Jon’s DSLR Buying Guide: Part 3 – Accessories
Once you’ve bought your camera and your lens, you’d think you were done, but like anything remotely expensive and/or complex – there’s more! Of course, cameras have a thousand different accessories, bits, boggles, and doodads that you can buy. Just because you can, doesn’t mean you should (unless of course you’ve got money to burn, in which case, skip this guide and just buy whatever strikes your fancy). As with the previous segments, I’m targeting the first time photographer here.
Things that you should buy:
- UV Lens Filter — For every single lens you buy, you should get a UV filter. They serve two functions: #1 – They will make your outdoor shots a little better because they cut the haze in the distance. #2 – They protect your lens from scratches and dings. A $10 UV filter is a much more palatable replacement cost than $400 for a new lens. NOTE: UV filters come in different sizes depending on your lens. If you’ve got your lens already, you can look at the very tip of it (that points towards your subjects) and you should see a number like 52MM or 77MM. You can also check online as most lenses will have their “filter attachment size” listed.
- Large/Fast Memory card — You should get yourself the largest and fastest memory card you can afford. The more size you have, the more pictures you can fit. Generally 16 GB will get you at least 800 pictures (RAW). That seems like a silly large number, but with it you won’t have to worry about conserving your shots AND it allows you to go an entire vacation without ever changing memory cards. Speed makes a difference in how fast your camera can write data to the card (and therefore how fast you can take pictures) and more importantly for later… how long it takes to get 16 GB (or more) of pictures off the card and onto your computer. Right now the fastest SanDisk cards are the “Extreme Pro” series. The SanDisk 16GB Extreme Pro Compact Flash is only $98 right now and the SanDisk Extreme Pro 16 GB SDHC is even cheaper at $62 (pick the one your camera uses, probably SDHC these days).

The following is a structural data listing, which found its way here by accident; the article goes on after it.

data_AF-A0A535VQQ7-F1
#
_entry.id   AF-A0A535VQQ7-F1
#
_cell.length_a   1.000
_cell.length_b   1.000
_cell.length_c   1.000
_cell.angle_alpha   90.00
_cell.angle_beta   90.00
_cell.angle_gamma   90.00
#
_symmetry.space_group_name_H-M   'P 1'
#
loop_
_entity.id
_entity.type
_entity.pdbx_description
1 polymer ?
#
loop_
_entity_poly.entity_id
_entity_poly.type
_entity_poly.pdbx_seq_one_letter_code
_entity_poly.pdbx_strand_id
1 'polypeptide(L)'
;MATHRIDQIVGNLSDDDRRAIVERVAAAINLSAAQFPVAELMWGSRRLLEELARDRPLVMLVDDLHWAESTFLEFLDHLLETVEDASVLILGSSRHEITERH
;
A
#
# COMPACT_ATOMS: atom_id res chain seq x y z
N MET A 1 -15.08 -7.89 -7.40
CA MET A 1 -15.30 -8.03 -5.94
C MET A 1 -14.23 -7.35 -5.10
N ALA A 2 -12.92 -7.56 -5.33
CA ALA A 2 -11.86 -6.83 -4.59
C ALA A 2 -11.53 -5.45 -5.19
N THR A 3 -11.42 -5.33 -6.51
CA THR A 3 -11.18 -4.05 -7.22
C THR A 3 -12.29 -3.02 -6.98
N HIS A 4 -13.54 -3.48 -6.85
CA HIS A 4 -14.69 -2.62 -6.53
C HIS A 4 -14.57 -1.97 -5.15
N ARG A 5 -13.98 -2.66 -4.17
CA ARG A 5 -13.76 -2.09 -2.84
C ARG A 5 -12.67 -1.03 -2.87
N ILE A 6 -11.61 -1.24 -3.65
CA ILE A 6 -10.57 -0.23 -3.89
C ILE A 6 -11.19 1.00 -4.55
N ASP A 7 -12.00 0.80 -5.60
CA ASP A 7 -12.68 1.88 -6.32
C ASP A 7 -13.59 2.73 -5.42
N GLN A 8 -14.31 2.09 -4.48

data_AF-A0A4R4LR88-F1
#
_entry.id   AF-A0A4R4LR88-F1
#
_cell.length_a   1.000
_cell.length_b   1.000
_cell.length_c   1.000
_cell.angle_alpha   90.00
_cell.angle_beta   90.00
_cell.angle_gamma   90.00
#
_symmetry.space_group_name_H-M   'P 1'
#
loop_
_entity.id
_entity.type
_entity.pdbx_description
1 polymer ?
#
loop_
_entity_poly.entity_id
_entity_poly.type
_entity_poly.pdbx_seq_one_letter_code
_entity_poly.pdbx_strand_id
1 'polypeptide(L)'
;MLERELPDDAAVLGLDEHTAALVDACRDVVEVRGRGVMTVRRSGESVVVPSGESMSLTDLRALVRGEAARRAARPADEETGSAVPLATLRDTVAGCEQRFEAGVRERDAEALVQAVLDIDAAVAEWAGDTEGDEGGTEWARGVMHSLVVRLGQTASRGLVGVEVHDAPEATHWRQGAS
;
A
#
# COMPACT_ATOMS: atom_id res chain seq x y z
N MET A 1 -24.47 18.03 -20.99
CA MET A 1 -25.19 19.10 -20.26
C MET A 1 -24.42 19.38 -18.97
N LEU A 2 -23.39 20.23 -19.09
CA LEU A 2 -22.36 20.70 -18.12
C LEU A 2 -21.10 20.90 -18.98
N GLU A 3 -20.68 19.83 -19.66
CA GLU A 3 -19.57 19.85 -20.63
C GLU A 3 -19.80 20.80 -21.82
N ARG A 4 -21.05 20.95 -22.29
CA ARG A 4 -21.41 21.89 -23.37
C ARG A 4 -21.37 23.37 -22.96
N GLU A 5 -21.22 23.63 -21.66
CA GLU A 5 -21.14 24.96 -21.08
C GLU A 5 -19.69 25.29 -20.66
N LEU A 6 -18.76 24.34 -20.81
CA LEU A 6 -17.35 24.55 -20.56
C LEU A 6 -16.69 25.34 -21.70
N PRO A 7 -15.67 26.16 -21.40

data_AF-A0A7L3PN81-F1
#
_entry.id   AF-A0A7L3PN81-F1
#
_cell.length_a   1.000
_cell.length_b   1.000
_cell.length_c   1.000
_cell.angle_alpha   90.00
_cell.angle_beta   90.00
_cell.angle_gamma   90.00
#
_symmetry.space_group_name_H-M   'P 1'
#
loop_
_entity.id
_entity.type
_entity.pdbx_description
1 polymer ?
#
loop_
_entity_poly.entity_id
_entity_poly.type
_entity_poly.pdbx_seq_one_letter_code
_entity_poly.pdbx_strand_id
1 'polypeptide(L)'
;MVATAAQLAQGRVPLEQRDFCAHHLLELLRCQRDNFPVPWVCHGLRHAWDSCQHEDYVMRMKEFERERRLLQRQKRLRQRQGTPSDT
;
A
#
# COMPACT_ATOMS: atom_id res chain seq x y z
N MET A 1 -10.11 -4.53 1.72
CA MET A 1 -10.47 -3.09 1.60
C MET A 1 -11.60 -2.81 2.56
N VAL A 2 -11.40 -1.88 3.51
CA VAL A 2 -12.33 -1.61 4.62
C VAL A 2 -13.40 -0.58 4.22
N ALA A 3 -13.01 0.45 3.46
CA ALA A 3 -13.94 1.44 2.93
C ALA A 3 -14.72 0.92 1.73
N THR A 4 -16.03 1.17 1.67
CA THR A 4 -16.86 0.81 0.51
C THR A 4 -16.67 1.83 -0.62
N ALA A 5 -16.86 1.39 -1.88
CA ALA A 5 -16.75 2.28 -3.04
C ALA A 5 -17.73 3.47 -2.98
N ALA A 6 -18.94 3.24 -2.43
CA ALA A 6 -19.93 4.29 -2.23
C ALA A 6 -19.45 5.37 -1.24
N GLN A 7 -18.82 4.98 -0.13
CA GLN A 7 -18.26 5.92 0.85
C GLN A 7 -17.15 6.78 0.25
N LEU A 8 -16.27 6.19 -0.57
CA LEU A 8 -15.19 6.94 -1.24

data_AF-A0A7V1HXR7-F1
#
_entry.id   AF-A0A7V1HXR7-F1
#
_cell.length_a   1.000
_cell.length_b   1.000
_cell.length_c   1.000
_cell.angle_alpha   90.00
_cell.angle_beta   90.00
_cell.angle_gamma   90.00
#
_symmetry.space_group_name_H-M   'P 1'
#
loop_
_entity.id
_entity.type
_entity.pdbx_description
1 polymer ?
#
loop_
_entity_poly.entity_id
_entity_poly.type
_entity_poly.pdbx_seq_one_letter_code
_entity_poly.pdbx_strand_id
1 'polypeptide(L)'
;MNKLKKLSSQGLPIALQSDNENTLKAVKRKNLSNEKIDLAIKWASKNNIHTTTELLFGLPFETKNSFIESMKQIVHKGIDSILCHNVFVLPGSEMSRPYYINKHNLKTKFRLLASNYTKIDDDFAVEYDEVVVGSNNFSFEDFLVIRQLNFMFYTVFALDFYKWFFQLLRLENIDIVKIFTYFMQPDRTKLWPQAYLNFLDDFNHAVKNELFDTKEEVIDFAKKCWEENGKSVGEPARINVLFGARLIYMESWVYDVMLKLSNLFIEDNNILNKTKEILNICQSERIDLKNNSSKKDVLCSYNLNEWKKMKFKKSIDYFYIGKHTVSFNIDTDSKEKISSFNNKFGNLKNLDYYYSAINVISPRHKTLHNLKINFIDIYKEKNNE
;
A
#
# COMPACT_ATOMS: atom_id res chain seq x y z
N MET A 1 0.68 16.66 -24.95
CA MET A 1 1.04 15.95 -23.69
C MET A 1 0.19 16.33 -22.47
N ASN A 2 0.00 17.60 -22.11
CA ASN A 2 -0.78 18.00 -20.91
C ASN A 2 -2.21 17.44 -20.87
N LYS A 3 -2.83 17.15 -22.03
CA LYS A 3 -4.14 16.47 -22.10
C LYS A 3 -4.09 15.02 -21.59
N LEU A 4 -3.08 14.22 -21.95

- Extra Battery — If you aren’t using flash or the LCD heavily, you can get away with nearly 1,000 pictures taken per battery. Still, you really don’t want to run out your battery and not have a backup (especially if you are on vacation). The batteries for my D300s are only $45 each and that’s a small investment.
- Camera Bag — Your camera (and its accessories) are expensive. If you plan to take the camera anywhere, you should plan to have it in a padded bag designed for cameras. I have a lot of camera gear (several lenses, 2 external flash units, a half dozen lens filters, extra batteries, etc) so I use a Tamrac Expedition 6x Photo/Laptop Backpack. You might not want something so big (and dedicated) so consider looking at the Lowepro Toploader Zoom series. The Toploader Zoom won’t hold much beyond your camera and an extra battery – but if that is all you have – what more do you need? Plus it is small enough to be packed into a larger suitcase for traveling.
- Book/Educational Material — Just like buying a TI Graphing calculator doesn’t make you instantly better at math, Buying a DSLR won’t make you a better photographer. There is a book for basically every camera out there, so regardless if you got a D3100, a D5100, a D7000, a D300s or something else all together… find a book for your camera and use it.
Accessories to wait on:
- External Flash — You could run out and buy an SB-700 external flash, but unless you know what you’re doing… it won’t help much. I think that having an external flash is AWESOME and it is basically critical for myself. For the first time photographer on the other hand? It’s expensive.
- Tripod — The reasons to use a tripod are A) group photos that you (the photographer) want to be in B) Very Low light (think stars and stuff). Unless you are jumping into photography to do the artsy stuff, you can hold off on a tripod for a while. When you do get that far, get yourself something nice like a Manfrotto kit. It is much more expensive than the $25 tripods at Wal-Mart, but as someone who has bought a number of shitty tripods in his time… it is worth it to splurge.
- Additional Lens Filters — I suggested you buy a UV Lens filter, but there are many, many other kinds. You can go hog-wild on them, but each one requires it’s own skill set to effectively use. Honestly, I’ve got a half dozen and except for the times I make a specific effort to work with one of the filters – I never use them.
- Remote Trigger — Most DSLRs will allow you to have a wired or wireless remote trigger. Unless you’ve got yourself a tripod it probably won’t do you much good.
- Additional Lenses — Lenses are expensive. If you bought a decent starter lens, you should be able to “make it work” in most situations.
- Battery Grip — They look like fun and seem like a generally good idea but battery grips are expensive, heavy, and add bulk to your camera. Unless you are doing a lot of portrait work (or REALLY need that extra battery power non-stop)… skip grips.
- WiFi transmitter — WiFi transmitters are growing in popularity, but most of them seem to suck. If you really adore that concept of having your pictures on Flickr (or your computer) seconds after you take them, then invest in an Eye-Fi Pro X2 instead (as long as your camera supports SDHC).
Hopefully this small guide helps out. There are so many other bits for cameras that I could have an entire separate series of blog posts just on camera accessories.